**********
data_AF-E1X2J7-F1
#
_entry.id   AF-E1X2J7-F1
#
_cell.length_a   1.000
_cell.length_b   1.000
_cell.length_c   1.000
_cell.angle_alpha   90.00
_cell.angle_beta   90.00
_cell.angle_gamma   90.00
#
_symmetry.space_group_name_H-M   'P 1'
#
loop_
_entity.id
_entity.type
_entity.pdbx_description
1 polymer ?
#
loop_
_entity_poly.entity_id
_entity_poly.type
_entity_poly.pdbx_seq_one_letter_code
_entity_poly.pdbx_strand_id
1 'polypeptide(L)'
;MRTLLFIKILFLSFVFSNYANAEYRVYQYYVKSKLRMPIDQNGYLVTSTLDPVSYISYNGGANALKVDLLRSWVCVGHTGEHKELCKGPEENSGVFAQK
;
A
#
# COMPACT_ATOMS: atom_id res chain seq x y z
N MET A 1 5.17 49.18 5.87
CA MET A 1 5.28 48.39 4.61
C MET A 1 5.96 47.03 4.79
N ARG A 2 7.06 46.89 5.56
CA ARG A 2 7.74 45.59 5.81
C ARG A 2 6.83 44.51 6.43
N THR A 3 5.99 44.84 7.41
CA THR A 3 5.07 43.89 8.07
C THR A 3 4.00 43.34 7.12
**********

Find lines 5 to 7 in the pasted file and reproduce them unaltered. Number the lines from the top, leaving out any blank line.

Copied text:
_cell.length_a   1.000
_cell.length_b   1.000
_cell.length_c   1.000